• * meat and dairy cant be mixed. (you and me, cheeseburger, we are through)

There are a few other rules (like certain foods have to be prepared by other Jews. Like cheese and wine.)

Here are the ones Im following:

  • * meat and fowl have to be bought from a kosher deli.
  • * fish is fine, shellfish are out.
  • * pork is out (which is ok. I havent eaten pork in almost 20 years)
  • * no mixing meat and diary.
  • * fruits, vegetables, diary are ok.
  • * chicken wings are always kosher. (what? I love chicken wings!)

Here is the payoff. Before every meal, I have to think about what I am going to eat. I have to think about where I am going to eat. If I go to the supermarket, I have to think about what to buy.

I have to think…then act. I have to apply some level of structure and order to my meals.

Its not much, but its a start on learning to temper my free willing ways.

Anyone know a good kosher deli in Boulder?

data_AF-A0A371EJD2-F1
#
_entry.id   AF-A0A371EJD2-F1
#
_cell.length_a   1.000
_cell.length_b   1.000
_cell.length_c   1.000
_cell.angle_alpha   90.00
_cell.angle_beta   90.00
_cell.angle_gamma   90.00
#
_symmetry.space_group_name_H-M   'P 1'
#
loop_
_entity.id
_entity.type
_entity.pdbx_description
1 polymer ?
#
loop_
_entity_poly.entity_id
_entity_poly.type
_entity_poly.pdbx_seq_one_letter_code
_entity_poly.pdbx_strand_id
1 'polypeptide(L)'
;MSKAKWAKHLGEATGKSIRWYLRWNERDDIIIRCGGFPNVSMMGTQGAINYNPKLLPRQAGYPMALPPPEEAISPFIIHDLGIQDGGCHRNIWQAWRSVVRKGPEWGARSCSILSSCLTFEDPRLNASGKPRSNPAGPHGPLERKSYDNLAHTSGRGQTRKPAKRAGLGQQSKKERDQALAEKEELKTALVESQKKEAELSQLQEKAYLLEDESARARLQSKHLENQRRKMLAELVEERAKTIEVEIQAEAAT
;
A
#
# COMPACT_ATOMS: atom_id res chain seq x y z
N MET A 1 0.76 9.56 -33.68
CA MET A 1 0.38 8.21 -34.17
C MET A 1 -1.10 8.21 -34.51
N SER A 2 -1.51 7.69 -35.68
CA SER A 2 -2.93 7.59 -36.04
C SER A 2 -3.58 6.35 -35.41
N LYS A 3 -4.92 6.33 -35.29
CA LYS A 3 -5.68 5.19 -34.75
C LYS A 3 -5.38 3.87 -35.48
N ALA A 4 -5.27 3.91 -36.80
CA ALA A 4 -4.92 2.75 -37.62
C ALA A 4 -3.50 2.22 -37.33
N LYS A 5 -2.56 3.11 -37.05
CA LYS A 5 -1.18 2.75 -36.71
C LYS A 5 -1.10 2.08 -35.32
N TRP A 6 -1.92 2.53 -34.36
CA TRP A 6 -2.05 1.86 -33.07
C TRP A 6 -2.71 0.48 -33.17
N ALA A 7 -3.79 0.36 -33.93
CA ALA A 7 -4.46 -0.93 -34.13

Reblog this post [with Zemanta]

Subscribe to this blog's RSS feed

Micah March 25th

A Community of Influence

I have spent the last several weeks thinking, talking, testing and speaking on measuring influence, trust and expertise online. Its a subject that I find wildly interesting (and entertaining based on responses), and luckily dovetails nicely with my work at Lijit.

Here is my last deck from WordCamp Denver (which I did while fighting a bad back and after taking some Vicodin. I cant wait for the video…):

In it, I spend some time talking about HOW to increase influence (which I probably should put in a blog post somewhere).

Here is the presentation in three easy points:

1) Influence is a combination of expertise, brand and trust.

2) Influence is a single action by one person, which affects, positively (or negatively) a single action of another single person.

3) Influence is truly a 1:1 relationship. Reach allows that 1:1 relationship to occur rapidly and appear to be one:many (even though its a bunch of one:one interactions).

Ok, so we all agree, right? (If not, lets discuss in the comments, and pretend we all agree so the rest of my post doesnt go to hell.)

So, how does influence manifest in a community? What is its place/value within a community?